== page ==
Quinnipiac poll shows Graham, Harrison tied in South Carolina Senate race
Sen. Lindsey Graham (R) and his Democratic challenger, Jaime Harrison, are running neck and neck in South Carolina, according to a new Quinnipiac University survey released on Wednesday.
The poll shows both Graham and Harrison garnering 48 percent support among likely South Carolina voters.
The survey is the latest to show Graham in an increasingly precarious position in his reelection bid despite the strong Republican leanings of his state. Since winning his seat in 2002, Graham has been easily reelected by double-digit margins.
But Harrison has emerged as a formidable challenger to the four-term senator and has raised millions for his campaign, putting Graham on the defensive in a state that President Trump carried four years ago by more than 14 points.
Overall, Harrison’s public image gets more positive reviews than Graham’s, according to the poll. Forty-seven percent of respondents say they have a favorable view of Harrison, while 34 percent have an unfavorable opinion of him.
Graham’s favorability, meanwhile, is slightly underwater, with 44 percent reporting a favorable view of him and 49 percent saying they see him unfavorably.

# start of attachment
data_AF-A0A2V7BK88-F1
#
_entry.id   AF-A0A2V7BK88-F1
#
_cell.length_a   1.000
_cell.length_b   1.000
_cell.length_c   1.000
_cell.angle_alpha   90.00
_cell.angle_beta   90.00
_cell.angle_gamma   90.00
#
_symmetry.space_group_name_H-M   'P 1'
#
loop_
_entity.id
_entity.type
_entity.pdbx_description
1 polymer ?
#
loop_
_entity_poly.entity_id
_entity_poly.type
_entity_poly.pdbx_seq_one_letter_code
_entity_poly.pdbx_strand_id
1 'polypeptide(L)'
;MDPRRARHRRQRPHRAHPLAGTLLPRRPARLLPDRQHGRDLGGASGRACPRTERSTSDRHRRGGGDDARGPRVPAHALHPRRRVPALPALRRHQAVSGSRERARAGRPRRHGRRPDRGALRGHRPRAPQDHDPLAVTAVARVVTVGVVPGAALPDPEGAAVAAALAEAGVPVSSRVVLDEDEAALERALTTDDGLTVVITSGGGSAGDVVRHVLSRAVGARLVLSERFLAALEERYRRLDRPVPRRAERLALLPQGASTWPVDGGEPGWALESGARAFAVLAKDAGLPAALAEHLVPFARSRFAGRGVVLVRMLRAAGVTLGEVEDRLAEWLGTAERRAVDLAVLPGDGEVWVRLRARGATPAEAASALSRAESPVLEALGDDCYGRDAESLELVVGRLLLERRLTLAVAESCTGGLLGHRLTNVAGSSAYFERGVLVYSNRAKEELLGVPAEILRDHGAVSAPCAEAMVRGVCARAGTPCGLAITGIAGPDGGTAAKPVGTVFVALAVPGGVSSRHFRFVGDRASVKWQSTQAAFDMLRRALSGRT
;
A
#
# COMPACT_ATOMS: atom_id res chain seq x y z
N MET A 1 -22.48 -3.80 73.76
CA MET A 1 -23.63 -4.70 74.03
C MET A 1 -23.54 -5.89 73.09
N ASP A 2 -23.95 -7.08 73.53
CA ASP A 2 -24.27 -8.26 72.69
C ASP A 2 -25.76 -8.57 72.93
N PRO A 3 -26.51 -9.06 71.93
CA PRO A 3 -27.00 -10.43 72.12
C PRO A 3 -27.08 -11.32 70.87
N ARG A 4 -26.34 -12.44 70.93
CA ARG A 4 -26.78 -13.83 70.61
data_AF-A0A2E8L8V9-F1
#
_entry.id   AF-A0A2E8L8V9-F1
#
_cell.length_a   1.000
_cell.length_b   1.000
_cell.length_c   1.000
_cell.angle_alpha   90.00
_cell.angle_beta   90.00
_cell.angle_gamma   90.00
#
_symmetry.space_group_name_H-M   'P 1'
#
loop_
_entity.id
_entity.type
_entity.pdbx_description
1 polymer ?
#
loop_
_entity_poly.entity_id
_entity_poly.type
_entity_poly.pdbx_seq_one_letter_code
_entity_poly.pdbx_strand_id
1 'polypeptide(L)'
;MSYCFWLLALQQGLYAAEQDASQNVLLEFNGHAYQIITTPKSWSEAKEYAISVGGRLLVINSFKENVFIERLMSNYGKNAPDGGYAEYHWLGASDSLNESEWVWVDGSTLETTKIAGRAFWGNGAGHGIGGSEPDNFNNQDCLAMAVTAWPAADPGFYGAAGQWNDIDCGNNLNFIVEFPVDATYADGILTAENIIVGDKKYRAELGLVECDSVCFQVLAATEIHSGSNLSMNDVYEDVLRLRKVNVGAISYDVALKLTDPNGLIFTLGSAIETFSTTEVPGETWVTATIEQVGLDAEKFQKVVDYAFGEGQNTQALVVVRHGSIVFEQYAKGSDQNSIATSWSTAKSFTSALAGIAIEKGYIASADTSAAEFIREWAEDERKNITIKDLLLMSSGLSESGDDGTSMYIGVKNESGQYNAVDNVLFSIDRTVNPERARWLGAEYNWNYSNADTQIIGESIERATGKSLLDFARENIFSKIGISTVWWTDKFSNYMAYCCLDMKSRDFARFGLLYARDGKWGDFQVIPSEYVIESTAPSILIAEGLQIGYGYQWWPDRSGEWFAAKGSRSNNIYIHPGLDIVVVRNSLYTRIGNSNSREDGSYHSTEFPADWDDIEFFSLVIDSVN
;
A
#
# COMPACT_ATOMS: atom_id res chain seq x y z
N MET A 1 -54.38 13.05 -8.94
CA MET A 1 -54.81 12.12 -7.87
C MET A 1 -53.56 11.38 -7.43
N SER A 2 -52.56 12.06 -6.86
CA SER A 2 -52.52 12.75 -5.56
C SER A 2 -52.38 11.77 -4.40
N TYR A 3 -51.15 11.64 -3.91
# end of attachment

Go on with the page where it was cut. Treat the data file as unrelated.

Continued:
In the presidential race in South Carolina, Trump leads Democratic nominee Joe Biden 51-45 percent, a relatively narrow 6-point margin that suggests a tighter race than in 2016.
Republicans have long argued that Trump’s support among his conservative base will help lift GOP candidates down-ballot. But the poll shows Graham’s support narrowly trailing that of the president, while Harrison slightly outperforms Biden.
To be sure, the race between Graham and Harrison is close, and The Cook Political Report, a nonpartisan election handicapper, currently rates it as “lean Republican.” Graham also holds a cash advantage over Harrison, reporting $15 million in cash reserves at the end of July to Harrison’s $10.2 million.
But a win in the South Carolina Senate race in November would be a windfall for Democrats, who are seeking to recapture a majority in the upper chamber. They need to pick up three or four seats this year — depending on which party wins control of the White House — to take control of the Senate, and their path to the majority has so far hinged on more purple states such as North Carolina, Arizona, Maine and Colorado.
The Quinnipiac University poll surveyed 969 likely voters in South Carolina from Sept. 10 to 14. It has a margin of error of plus or minus 3.2 percentage points.